Solve: \(\frac{2}{p+2}+\frac{4}{p-2}=\frac{p-1}{{p}^{2}-4}.\)

### Solution

Note any value of the variable that would make anydenominator zero. | |

Find the least common denominator of all denominatorsin the equation. The LCD is\(\left(p+2\right)\left(p-2\right)\). | |

Clear the fractions by multiplying both sides of theequation by the LCD. | |

Distribute. | |

Remove common factors. | |

Simplify. | |

Distribute. | |

Solve. | |

We did not get \(2\phantom{\rule{0.2em}{0ex}}\text{or}\phantom{\rule{0.2em}{0ex}}-2\) as algebraic solutions. | |

## Example

Solve: \(\frac{4}{q-4}-\frac{3}{q-3}=1.\)

### Solution

Note any value of the variable that would make anydenominator zero. | |

Find the least common denominator of all denominatorsin the equation. The LCD is\(\left(q-4\right)\left(q-3\right)\). | |

Clear the fractions by multiplying both sides of theequation by the LCD. | |

Distribute. | |

Remove common factors. | |

Simplify. | |

Simplify. | |

Combine like terms. | |

Solve. First write in standard form. | |

Factor. | |

Use the Zero Product Property. | |

We did not get 4 or 3 asalgebraic solutions. | |

## Example

Solve: \(\frac{m+11}{{m}^{2}-5m+4}=\frac{5}{m-4}-\frac{3}{m-1}.\)

### Solution

Factor all the denominators, so we can note any value of the variable the would make any denominator zero. | |

Find the least common denominator of all denominatorsin the equation. The LCD is\(\left(m-4\right)\left(m-1\right)\). | |

Clear the fractions. | |

Distribute. | |

Remove common factors. | |

Simplify. | |

Solve the resulting equation. | |

Check. The only algebraic solution was 4, but we said that 4 would make a denominator equal to zero.The algebraic solution is an extraneous solution. There is no solution to this equation. |

The equation we solved in the example above had only one algebraic solution, but it was an extraneous solution. That left us with no solution to the equation. Some equations have no solution.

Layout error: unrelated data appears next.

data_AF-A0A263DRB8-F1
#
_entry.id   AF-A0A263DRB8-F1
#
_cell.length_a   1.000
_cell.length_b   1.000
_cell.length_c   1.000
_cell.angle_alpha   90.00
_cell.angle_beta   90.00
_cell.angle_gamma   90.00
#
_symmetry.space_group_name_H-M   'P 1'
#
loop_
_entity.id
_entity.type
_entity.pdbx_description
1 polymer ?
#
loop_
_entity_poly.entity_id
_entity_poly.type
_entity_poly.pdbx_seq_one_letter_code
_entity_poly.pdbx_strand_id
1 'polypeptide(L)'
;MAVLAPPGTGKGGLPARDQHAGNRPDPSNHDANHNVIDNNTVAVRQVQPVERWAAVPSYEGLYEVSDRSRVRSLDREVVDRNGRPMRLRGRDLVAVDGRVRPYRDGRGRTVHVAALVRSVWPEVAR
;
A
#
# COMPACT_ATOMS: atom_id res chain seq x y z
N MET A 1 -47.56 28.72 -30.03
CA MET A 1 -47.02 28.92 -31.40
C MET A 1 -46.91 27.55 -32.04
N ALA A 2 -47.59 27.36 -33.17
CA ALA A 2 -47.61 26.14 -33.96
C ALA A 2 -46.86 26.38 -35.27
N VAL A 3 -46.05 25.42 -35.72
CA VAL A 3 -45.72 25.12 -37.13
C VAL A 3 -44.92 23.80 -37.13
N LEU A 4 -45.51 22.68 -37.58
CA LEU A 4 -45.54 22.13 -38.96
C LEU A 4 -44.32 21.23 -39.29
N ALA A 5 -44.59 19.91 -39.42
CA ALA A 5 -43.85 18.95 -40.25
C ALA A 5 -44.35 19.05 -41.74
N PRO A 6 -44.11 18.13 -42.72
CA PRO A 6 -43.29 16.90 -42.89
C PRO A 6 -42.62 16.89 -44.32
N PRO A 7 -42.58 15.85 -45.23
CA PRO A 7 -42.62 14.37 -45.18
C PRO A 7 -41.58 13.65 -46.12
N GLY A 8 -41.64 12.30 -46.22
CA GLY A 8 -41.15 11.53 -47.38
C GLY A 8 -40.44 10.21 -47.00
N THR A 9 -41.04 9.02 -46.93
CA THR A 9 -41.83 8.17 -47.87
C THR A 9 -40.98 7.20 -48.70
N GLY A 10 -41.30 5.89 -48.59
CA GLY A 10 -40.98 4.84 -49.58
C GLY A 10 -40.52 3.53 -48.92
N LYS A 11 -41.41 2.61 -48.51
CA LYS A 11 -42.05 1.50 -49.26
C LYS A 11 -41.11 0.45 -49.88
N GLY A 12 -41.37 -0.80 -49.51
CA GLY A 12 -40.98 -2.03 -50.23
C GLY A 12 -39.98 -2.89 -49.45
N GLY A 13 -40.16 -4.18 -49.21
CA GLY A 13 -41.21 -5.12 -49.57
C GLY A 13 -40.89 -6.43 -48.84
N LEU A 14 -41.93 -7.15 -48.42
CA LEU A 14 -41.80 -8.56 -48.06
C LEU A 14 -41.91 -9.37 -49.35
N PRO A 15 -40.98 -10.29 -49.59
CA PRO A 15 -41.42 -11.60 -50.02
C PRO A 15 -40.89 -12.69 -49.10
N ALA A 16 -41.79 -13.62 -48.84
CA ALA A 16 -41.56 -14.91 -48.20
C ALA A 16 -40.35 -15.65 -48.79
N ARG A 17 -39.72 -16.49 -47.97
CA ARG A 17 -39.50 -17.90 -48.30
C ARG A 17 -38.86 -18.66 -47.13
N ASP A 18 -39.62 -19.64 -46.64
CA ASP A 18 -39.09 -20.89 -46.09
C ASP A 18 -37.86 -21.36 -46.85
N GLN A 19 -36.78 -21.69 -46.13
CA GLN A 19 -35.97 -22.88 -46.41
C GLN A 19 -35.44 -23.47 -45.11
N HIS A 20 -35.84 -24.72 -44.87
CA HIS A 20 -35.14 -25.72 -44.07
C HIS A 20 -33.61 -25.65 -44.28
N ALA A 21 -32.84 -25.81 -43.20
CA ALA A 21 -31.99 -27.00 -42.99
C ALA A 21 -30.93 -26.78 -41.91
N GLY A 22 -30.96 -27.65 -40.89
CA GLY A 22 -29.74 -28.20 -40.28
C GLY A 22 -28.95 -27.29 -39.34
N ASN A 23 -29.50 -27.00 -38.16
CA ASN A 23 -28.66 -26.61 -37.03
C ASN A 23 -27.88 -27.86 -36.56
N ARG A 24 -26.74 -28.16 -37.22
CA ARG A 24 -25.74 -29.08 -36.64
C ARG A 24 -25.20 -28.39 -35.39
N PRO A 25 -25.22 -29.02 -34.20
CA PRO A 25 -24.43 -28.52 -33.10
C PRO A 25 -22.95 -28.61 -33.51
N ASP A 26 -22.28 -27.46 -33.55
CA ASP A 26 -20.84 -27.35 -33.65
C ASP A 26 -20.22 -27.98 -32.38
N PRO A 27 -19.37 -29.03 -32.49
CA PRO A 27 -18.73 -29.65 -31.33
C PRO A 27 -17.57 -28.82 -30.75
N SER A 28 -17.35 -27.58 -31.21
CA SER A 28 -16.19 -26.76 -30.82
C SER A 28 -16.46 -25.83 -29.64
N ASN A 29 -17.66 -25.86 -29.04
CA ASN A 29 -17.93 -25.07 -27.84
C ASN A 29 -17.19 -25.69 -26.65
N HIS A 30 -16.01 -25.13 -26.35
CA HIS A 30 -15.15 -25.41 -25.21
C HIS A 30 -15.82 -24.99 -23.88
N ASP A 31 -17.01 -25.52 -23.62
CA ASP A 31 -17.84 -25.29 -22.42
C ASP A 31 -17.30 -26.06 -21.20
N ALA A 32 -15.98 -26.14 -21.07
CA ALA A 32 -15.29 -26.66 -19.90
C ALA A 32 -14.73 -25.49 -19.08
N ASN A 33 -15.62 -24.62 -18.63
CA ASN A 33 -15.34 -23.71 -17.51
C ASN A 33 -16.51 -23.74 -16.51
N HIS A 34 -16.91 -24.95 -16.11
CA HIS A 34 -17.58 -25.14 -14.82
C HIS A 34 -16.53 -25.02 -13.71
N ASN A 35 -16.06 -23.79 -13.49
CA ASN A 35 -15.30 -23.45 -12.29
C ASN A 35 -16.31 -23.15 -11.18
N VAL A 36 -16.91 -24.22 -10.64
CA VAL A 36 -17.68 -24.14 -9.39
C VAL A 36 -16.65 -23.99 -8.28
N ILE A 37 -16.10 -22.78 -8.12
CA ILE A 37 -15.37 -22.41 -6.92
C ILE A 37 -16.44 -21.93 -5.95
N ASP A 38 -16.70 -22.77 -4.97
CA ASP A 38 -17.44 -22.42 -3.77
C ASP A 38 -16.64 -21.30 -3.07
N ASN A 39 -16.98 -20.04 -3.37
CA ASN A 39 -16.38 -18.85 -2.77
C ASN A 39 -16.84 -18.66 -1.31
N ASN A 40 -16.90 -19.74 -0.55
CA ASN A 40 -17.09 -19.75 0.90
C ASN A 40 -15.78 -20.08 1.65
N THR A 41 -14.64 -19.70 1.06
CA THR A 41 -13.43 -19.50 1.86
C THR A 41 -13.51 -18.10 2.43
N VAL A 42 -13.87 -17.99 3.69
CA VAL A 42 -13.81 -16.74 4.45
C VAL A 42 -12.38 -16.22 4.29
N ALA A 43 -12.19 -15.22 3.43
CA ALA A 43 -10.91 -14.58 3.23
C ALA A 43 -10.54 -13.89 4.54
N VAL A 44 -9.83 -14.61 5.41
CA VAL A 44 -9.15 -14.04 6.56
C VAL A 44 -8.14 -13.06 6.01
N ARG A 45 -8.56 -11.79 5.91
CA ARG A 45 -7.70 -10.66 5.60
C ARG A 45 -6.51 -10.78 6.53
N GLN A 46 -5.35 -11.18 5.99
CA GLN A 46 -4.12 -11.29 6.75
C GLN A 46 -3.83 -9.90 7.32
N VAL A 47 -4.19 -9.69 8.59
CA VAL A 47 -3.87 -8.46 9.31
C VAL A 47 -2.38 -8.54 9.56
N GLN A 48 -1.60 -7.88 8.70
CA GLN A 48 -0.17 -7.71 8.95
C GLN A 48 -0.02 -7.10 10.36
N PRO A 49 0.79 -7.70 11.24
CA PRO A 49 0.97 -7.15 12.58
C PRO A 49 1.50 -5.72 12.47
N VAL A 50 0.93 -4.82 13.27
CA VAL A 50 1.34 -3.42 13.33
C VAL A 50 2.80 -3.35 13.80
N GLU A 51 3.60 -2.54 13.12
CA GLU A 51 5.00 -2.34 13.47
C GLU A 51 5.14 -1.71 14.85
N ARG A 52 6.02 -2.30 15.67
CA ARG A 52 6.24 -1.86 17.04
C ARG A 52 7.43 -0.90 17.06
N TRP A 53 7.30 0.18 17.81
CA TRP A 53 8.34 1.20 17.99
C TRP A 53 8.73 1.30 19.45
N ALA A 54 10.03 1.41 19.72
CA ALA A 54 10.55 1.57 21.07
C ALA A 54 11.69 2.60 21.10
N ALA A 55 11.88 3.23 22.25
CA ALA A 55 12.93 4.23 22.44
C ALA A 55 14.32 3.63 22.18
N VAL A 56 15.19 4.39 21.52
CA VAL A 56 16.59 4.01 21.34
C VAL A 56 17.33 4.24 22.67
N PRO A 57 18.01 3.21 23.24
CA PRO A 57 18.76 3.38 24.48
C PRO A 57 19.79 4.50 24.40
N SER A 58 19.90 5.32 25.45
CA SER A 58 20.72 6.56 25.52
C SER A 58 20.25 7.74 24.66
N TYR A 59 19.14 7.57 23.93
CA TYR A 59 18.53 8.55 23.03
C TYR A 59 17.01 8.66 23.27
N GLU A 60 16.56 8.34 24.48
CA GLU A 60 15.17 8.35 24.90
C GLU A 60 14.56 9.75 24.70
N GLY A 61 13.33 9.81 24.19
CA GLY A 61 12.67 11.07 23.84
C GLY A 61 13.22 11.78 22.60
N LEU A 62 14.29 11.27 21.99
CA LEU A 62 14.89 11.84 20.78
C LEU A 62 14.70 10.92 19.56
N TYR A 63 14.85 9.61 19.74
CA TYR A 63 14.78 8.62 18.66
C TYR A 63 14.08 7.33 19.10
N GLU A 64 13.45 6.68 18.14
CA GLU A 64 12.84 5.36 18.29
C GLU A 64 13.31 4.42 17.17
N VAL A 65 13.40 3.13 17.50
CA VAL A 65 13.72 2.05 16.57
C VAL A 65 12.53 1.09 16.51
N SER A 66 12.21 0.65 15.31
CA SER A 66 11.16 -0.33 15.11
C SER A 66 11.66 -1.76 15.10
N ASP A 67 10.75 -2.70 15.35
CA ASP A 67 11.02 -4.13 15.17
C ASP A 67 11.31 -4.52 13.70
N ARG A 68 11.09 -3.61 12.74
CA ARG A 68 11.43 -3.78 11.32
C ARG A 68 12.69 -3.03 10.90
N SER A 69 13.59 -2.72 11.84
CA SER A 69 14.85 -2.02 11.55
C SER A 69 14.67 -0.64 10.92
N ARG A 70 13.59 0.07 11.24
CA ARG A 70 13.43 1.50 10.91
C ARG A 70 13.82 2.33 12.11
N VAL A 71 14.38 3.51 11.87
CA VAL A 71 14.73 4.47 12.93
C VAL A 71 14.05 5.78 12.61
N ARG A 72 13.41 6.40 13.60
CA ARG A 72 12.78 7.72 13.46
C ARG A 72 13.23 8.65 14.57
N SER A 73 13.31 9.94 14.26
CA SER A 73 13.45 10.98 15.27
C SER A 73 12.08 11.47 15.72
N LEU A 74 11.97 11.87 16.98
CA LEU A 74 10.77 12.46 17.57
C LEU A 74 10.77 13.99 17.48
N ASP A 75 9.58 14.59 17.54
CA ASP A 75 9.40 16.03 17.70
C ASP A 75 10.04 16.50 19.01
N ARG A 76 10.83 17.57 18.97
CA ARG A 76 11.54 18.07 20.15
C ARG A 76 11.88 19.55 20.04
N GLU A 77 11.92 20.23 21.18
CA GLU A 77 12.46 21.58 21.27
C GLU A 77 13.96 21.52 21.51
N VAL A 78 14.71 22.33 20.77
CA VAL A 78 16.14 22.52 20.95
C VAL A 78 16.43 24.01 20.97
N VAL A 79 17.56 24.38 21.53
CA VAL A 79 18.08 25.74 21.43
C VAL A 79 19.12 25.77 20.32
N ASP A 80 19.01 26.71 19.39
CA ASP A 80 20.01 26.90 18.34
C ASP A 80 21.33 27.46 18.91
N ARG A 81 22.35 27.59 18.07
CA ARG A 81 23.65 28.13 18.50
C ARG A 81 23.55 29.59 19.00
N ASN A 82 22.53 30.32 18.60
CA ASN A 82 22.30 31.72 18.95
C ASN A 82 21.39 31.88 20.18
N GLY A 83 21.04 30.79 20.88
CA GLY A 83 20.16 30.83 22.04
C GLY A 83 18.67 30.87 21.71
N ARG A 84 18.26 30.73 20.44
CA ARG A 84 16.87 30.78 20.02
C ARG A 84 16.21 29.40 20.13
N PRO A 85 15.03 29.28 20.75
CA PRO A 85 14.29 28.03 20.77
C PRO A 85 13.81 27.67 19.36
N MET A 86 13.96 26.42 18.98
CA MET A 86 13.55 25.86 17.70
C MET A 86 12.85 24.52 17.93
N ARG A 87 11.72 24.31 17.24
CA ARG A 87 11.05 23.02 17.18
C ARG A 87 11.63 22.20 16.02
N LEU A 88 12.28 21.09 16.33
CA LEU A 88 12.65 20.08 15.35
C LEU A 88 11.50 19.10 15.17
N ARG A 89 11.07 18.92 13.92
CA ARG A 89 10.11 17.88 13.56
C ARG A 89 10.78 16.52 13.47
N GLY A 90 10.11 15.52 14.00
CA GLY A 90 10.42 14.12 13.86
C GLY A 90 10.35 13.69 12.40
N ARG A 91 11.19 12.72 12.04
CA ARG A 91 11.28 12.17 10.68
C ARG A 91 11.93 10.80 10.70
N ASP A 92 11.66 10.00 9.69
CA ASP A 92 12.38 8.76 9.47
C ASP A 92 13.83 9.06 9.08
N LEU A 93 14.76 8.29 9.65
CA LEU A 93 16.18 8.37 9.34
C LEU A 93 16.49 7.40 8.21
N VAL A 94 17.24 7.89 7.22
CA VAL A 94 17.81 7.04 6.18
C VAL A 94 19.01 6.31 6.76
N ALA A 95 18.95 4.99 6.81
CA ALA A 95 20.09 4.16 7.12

## Example

Solve: \(\frac{n}{12}+\frac{n+3}{3n}=\frac{1}{n}.\)

### Solution

Note any value of the variable thatwould make any denominator zero. | |

Find the least common denominator of all denominatorsin the equation. The LCD is\(12n\). | |

Clear the fractions by multiplying both sides of theequation by the LCD. | |

Distribute. | |

Remove common factors. | |

Simplify. | |

Solve the resulting equation. | |

Check. | |

\(n=0\) is an extraneous solution. | |

## Example

Solve: \(\frac{y}{y+6}=\frac{72}{{y}^{2}-36}+4.\)

### Solution

Factor all the denominators,so we can note any value ofthe variable that would makeany denominator zero. | |

Find the least common denominator.The LCD is\(\left(y-6\right)\left(y+6\right)\). | |

Clear the fractions. | |

Simplify. | |

Simplify. | |

Solve the resulting equation. | |

Check. | |

\(y=-6\) is an extraneous solution. | |

## Example

Solve: \(\frac{x}{2x-2}-\frac{2}{3x+3}=\frac{5{x}^{2}-2x+9}{12{x}^{2}-12}.\)

### Solution

We will start by factoring all denominators, to make it easier to identify extraneous solutions and the LCD. | |

Note any value of the variable that would make anydenominator zero. | |

Find the least common denominator.The LCD is \(12\left(x-1\right)\left(x+1\right)\) | |

Clear the fractions. | |

Simplify. | |

Simplify. | |

Solve the resulting equation. | |

Check. | |

\(x=1\) and \(x=-1\) are extraneous solutions. The equation has no solution. |